Origin of the Gupta dynasty

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The history of the Gupta dynasty (Sanskrit: गुप्त राजवंश) begins with its founding by Sri-Gupta around 240 CE, although dates are not well established. The empire covered most of Northern India and Eastern Pakistan, parts of Gujarat and Rajasthan and what is now eastern India and Bangladesh. The capital of the Guptas was Pataliputra, present day Patna, in the Indian state of Bihar.

When the Gupta dynasty ascended the throne around 320 CE, continuing until 550 CE, they consolidated northern India by subjugating the local and provincial powers that had become independent after the downfall of the Kushans. The period during the Gupta Empire is referred to as the Golden Age of India, embracing art, architecture, literature, sculpture and education.

There are conflicting theories regarding the original homeland of the Guptas. According to HC Raychoudhuri the Guptas originated from the Varendri region which is now part of Rangpur and Rajshahi Division of Bangladesh. DC Ganguly on the other hand considers the surrounding region of Murshidabad as the original home of the Gupats.[1]

Ancestry of the Guptas[edit]

According to many historians Gupta dynasty was a Vaishya dynasty, according to historian, Ram Sharan Sharma, Guptas were a Vaishya dynasty, "who may have appeared as a reaction against oppressive rulers, Now their community Gahoi Vaishya live in their main ancient province Bundelkhand".[2] A.S. Altekar, a historian and archaeologist, who has written several books on Gupta coinage,[3] also regarded the caste of the Guptas as Vaishya on the basis of the ancient Indian texts on law, which prescribe the name-ending with Gupta for a member of the Vaishya caste. In opinion of famous art historian Dr. R. A. Agarawala, "Guptas" are said to be of Agrawal Vaishya community, as their Dharana Gotra is one of the gotras among the seventeen and half gotras of Agrawals. The historian H.C. Raychaudhuri, also holds that the Guptas belonged to the Dharana Gotra. According to Raichaudhuri, the Guptas were related to queen Dharini of Agnimitra, wife of the son of king Pushyamitra Shunga. Raychoudhuri drew this theory about the pedigree of the Guptas based on the Riddhapura copper-plate inscription of Prabhabati Gupta, daughter of Chandragupta II. In her records she claimed herself to be a descendant of the Dharana Gotra Furthermore it is not yet discovered whether the term Gupta indicated a surname of a specific family or referred to a clan. However Gupta Empire records and Chinese records provided by the later I-Tsing, furnished the names of the first three rulers of the Gupta Dynasty, Maharaja Sri Gupta, Maharaja Sri Ghatotkacha and Ghatotokacha's son, Maharajadhiraja Sri Chandragupta, considered the first Gupta emperor. Historian K. P. Jaiswal suggested that the Guptas belonged to the Jat tribe. But his theory lacked conclusive proofs, and it was discarded.[4] Recently, a historian, Ashvini Agarwal, on the basis of the matrimonial alliances of the Guptas with the Vakataka, assumed that they belong to the Brahman caste.[5] Another modern historian, S. Chattopaddhyaya, has put forth a different theory about the ancestry of the Guptas. According to him, in the Panchobh Copper Plate, some kings bearing the title Guptas and related to the imperial Gupta Dynasty, claimed themselves as Vaisyas. Historian D. R. Regmi, says Imperial Guptas were descendants of Abhira-Guptas of Nepal.[6][7]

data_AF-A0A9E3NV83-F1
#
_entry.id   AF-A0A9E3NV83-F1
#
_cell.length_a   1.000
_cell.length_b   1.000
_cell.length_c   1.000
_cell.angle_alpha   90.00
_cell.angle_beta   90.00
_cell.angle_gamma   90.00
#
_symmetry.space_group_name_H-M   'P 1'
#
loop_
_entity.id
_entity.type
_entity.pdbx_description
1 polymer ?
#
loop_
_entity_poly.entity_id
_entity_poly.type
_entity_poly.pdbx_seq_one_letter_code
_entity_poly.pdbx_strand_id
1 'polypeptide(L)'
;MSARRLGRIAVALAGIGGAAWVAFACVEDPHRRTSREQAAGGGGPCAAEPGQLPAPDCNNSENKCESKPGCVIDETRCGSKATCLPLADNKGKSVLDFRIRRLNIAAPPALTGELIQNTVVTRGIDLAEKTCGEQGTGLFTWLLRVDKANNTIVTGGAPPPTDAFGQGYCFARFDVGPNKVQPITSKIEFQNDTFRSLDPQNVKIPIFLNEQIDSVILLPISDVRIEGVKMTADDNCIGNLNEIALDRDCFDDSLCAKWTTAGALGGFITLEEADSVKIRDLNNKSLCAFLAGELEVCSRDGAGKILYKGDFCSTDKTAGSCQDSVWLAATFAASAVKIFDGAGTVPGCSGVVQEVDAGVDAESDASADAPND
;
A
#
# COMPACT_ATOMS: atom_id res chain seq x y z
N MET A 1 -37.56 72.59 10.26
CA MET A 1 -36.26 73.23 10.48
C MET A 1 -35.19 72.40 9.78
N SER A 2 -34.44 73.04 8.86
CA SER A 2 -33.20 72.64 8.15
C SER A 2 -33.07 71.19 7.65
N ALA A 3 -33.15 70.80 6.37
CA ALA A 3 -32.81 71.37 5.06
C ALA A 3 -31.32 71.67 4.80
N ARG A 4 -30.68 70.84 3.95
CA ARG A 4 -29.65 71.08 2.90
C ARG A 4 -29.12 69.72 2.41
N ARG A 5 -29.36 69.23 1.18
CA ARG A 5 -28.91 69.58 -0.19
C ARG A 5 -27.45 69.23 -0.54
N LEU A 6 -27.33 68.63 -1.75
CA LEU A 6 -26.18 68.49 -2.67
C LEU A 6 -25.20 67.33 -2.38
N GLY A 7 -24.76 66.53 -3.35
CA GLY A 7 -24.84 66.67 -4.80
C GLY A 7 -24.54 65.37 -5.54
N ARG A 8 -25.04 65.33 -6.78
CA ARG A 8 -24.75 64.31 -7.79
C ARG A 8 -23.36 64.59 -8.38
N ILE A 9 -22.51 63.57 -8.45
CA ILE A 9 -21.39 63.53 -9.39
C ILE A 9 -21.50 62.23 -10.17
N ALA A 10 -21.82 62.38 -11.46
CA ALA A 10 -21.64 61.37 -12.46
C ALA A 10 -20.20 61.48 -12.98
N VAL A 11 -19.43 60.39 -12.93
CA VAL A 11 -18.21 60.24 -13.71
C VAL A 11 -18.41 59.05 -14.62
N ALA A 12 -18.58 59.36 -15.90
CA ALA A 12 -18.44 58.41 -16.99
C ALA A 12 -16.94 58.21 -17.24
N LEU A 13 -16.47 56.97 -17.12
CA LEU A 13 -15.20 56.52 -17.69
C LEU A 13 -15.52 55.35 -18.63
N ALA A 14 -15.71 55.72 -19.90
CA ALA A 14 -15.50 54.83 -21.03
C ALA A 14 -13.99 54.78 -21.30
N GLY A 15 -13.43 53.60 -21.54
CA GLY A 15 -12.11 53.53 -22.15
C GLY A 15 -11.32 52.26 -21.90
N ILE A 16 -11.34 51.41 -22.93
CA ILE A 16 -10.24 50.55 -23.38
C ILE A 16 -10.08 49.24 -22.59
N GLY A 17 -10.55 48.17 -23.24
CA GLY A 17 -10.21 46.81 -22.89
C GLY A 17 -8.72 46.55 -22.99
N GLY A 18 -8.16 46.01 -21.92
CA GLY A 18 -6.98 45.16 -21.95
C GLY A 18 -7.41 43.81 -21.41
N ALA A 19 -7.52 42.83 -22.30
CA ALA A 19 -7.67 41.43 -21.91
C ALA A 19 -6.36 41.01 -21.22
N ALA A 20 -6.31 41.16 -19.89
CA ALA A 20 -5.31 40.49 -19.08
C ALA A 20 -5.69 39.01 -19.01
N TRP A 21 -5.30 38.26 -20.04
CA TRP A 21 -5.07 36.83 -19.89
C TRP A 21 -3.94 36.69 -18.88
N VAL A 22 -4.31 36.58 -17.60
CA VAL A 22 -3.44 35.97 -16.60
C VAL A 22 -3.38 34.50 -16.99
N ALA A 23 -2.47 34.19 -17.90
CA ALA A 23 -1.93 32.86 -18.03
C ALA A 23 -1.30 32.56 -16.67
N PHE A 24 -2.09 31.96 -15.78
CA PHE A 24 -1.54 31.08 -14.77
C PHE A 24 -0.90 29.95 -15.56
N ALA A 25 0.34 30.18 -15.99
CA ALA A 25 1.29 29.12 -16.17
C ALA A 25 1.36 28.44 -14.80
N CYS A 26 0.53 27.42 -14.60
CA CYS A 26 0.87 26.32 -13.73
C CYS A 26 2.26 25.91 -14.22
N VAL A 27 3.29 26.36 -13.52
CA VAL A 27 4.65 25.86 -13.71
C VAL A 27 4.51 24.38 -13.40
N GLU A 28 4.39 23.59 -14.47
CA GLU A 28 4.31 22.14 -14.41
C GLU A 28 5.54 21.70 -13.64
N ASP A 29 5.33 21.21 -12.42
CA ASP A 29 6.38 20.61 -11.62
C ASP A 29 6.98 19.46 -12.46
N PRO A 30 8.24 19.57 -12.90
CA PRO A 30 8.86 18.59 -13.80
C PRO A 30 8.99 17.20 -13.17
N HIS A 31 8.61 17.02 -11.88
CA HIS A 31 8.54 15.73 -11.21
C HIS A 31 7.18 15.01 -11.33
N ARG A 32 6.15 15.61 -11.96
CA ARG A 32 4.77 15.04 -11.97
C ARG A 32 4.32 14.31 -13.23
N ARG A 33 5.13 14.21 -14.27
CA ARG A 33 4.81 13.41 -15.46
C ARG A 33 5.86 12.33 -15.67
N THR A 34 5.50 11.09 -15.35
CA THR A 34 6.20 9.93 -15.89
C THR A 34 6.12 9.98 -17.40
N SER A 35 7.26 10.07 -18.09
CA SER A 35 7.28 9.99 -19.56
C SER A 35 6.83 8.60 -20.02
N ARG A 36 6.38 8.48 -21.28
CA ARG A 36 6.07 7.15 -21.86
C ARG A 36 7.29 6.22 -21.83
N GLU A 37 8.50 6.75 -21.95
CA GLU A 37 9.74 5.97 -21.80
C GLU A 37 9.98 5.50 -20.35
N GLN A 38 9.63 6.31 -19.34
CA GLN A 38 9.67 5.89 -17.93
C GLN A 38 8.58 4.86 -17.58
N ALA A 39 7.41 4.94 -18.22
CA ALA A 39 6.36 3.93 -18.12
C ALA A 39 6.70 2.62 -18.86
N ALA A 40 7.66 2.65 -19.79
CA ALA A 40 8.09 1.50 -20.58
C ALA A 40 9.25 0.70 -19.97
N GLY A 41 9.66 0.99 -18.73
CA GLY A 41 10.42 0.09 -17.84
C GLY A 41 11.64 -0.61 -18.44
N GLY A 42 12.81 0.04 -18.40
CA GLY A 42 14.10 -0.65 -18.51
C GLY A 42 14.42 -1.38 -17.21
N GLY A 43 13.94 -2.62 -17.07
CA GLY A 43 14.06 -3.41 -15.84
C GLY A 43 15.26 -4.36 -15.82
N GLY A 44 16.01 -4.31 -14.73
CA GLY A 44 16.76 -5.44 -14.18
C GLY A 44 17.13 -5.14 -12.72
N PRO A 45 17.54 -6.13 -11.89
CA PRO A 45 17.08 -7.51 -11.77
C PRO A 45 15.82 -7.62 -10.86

The controversy about whether the term "Gupta" was originally a family surname or a full or clan name is still unresolved. This is so because the name of the first king was Sri Gupta, where the term "Gupta" seemed to be a title, but the second Gupta ruler, Ghatotkacha did not use it in the same manner. However the expression "Gupta" had been systematically used by all the Gupta rulers from Chandragupta I onwards, which had led to the acceptance of the term "Imperial Gupta dynasty," with Chandragupta I considered the first emperor of the dynasty.

Original homeland of the Guptas[edit]